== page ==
Chapter

Lyric Autobiography: Intentional or Conventional Fallacy? <i>The Poetry of John Skelton (1460–1529) and Thomas Wyatt (1503–42)</i>

Meredith Anne Skura

in Tudor Autobiography

Published by University of Chicago Press

Published in print September 2008 | ISBN: 9780226761879
Published online February 2013 | e-ISBN: 9780226761886 | DOI: http://dx.doi.org/10.7208/chicago/9780226761886.003.0002
Lyric Autobiography: Intentional or Conventional Fallacy? The Poetry of John Skelton (1460–1529) and Thomas Wyatt (1503–42)

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The poetry of John Skelton and Thomas Wyatt makes a good starting point for thinking about early English autobiography. Readers have been struck by each poet's apparently autobiographical speaker, who seems to be talking about his own experience rather than repeating the commonplaces found in other courtly verse. Both writers created personas whose fame lasted beyond the poet's life: Skelton, the rogue and jester; Wyatt, the ideal poet-courtier. This chapter examines the relation between convention and individuality in poems by Skelton and Wyatt. It then discusses each as an example of one of two roles for the writer in autobiography: the narrator (Wyatt) and the central figure in the narration (Skelton).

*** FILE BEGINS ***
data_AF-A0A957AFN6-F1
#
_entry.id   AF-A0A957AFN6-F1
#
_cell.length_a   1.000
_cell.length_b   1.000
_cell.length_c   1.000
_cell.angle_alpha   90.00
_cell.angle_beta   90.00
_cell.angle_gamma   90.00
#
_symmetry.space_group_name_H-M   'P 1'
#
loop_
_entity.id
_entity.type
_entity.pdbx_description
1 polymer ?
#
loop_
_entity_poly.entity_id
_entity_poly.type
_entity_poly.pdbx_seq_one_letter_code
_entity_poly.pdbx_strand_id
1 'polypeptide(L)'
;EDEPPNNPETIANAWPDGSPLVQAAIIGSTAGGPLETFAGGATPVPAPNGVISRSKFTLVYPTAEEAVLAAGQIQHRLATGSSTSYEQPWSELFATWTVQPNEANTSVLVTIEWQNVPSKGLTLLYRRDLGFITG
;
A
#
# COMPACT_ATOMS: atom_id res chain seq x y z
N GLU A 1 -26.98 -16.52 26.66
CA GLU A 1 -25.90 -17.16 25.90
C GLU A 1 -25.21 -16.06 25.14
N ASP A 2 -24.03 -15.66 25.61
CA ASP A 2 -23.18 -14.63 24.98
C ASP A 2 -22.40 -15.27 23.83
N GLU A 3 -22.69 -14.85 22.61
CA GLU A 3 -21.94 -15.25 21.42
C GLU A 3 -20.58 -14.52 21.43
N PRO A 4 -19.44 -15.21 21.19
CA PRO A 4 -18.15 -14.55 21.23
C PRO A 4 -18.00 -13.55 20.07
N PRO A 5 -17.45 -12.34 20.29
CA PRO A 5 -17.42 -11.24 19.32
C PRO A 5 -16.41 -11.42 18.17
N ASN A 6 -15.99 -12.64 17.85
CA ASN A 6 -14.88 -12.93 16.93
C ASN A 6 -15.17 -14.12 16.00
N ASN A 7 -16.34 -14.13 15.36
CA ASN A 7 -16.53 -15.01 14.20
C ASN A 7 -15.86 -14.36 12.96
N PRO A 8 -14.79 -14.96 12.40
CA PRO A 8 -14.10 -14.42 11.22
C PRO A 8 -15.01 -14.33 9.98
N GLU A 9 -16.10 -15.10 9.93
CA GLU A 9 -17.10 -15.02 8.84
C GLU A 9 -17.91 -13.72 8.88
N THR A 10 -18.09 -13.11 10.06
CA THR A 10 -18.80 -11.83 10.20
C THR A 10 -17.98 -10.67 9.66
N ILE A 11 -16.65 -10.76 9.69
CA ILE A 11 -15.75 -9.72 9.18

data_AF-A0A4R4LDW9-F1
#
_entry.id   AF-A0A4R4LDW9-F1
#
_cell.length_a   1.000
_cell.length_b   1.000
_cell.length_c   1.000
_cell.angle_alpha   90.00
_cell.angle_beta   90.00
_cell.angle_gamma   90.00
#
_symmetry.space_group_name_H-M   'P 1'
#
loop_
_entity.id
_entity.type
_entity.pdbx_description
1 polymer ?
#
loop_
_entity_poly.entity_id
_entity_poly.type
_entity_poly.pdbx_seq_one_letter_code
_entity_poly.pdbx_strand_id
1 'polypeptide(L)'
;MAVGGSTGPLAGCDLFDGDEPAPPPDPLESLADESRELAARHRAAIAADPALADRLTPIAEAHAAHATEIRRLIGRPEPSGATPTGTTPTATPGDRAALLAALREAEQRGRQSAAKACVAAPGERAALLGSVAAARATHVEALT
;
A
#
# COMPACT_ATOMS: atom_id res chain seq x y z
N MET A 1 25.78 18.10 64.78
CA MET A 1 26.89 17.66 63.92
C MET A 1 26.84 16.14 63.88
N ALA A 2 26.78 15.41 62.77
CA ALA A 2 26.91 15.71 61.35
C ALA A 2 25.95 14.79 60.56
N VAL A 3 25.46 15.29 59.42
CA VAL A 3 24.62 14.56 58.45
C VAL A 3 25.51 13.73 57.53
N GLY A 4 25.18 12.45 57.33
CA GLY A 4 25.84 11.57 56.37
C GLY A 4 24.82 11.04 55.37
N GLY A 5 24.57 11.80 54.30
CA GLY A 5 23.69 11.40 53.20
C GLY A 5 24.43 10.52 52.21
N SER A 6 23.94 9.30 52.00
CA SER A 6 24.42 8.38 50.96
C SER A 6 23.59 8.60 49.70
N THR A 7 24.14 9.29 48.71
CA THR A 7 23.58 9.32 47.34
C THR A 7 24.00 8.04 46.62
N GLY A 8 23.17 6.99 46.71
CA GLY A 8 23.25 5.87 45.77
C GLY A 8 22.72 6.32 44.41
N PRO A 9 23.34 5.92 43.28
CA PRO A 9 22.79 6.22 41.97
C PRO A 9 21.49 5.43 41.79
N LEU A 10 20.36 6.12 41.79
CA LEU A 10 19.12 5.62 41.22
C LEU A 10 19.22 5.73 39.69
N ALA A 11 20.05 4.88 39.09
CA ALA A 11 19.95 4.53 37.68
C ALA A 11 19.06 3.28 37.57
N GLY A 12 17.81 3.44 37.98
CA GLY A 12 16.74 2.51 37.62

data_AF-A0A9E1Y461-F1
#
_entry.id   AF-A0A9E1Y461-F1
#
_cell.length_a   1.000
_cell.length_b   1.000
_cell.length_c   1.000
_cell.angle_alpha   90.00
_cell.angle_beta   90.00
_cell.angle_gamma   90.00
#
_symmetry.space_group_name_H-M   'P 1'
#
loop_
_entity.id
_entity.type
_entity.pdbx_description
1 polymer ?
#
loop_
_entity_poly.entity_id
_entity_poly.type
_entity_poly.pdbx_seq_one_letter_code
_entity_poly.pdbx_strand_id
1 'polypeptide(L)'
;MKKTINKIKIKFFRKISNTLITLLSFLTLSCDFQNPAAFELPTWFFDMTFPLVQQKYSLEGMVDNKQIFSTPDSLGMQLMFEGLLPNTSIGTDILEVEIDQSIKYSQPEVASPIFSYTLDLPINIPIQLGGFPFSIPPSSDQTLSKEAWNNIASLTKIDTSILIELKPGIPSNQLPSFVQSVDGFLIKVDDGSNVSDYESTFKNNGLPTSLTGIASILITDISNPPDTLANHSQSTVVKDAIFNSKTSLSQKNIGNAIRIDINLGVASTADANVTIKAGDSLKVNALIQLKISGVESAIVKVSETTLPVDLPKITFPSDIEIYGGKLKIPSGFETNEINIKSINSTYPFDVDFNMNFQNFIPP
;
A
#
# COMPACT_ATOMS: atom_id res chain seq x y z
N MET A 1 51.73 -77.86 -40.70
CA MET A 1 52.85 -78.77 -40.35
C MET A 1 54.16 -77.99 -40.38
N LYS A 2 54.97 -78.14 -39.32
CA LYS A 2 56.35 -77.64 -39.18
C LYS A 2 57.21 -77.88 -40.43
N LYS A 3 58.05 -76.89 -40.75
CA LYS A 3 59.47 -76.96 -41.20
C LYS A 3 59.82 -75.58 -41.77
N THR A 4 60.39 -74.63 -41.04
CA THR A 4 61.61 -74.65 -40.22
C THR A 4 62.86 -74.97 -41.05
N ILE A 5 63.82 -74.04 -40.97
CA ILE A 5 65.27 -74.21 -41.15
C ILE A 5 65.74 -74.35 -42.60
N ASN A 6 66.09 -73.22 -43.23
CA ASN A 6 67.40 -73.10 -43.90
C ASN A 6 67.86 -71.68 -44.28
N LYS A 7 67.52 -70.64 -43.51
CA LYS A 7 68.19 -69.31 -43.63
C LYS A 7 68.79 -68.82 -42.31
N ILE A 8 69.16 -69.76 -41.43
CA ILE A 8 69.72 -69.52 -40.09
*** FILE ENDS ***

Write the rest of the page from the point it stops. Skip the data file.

Keywords: early English autobiography; poets; rogue; jester; poet-courtier; narrator; narration; John Skelton; Thomas Wyatt

Chapter.  11280 words.  Illustrated.

Subjects: Literary Studies (1500 to 1800)

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